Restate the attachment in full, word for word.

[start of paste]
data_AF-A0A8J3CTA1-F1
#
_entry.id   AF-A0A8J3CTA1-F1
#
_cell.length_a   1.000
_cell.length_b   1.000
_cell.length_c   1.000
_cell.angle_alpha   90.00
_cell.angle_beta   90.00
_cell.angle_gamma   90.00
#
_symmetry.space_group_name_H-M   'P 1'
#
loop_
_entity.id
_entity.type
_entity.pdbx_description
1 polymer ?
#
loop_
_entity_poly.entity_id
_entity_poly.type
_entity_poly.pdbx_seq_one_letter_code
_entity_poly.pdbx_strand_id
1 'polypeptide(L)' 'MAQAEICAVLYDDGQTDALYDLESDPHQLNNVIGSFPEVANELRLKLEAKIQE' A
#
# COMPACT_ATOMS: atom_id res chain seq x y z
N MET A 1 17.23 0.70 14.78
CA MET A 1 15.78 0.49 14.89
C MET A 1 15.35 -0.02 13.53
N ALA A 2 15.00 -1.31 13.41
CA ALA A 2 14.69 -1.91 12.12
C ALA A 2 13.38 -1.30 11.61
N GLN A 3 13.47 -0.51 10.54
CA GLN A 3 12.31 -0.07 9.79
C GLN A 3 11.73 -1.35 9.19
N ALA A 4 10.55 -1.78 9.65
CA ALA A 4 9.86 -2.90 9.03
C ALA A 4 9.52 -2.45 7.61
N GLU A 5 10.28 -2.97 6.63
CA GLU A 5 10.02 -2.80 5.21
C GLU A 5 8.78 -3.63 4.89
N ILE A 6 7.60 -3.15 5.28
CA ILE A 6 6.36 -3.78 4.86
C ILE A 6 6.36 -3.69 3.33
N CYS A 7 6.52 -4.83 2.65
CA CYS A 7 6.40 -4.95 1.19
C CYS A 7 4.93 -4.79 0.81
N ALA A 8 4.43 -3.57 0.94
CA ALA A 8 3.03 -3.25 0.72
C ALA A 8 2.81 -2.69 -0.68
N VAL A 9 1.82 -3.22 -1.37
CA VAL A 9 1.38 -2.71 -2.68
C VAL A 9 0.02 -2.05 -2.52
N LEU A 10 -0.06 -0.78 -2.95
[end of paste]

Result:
data_AF-A0A8J3CTA1-F1
#
_entry.id   AF-A0A8J3CTA1-F1
#
_cell.length_a   1.000
_cell.length_b   1.000
_cell.length_c   1.000
_cell.angle_alpha   90.00
_cell.angle_beta   90.00
_cell.angle_gamma   90.00
#
_symmetry.space_group_name_H-M   'P 1'
#
loop_
_entity.id
_entity.type
_entity.pdbx_description
1 polymer ?
#
loop_
_entity_poly.entity_id
_entity_poly.type
_entity_poly.pdbx_seq_one_letter_code
_entity_poly.pdbx_strand_id
1 'polypeptide(L)' 'MAQAEICAVLYDDGQTDALYDLESDPHQLNNVIGSFPEVANELRLKLEAKIQE' A
#
# COMPACT_ATOMS: atom_id res chain seq x y z
N MET A 1 17.23 0.70 14.78
CA MET A 1 15.78 0.49 14.89
C MET A 1 15.35 -0.02 13.53
N ALA A 2 15.00 -1.31 13.41
CA ALA A 2 14.69 -1.91 12.12
C ALA A 2 13.38 -1.30 11.61
N GLN A 3 13.47 -0.51 10.54
CA GLN A 3 12.31 -0.07 9.79
C GLN A 3 11.73 -1.35 9.19
N ALA A 4 10.55 -1.78 9.65
CA ALA A 4 9.86 -2.90 9.03
C ALA A 4 9.52 -2.45 7.61
N GLU A 5 10.28 -2.97 6.63
CA GLU A 5 10.02 -2.80 5.21
C GLU A 5 8.78 -3.63 4.89
N ILE A 6 7.60 -3.15 5.28
CA ILE A 6 6.36 -3.78 4.86
C ILE A 6 6.36 -3.69 3.33
N CYS A 7 6.52 -4.83 2.65
CA CYS A 7 6.40 -4.95 1.19
C CYS A 7 4.93 -4.79 0.81
N ALA A 8 4.43 -3.57 0.94
CA ALA A 8 3.03 -3.25 0.72
C ALA A 8 2.81 -2.69 -0.68
N VAL A 9 1.82 -3.22 -1.37
CA VAL A 9 1.38 -2.71 -2.68
C VAL A 9 0.02 -2.05 -2.52
N LEU A 10 -0.06 -0.78 -2.95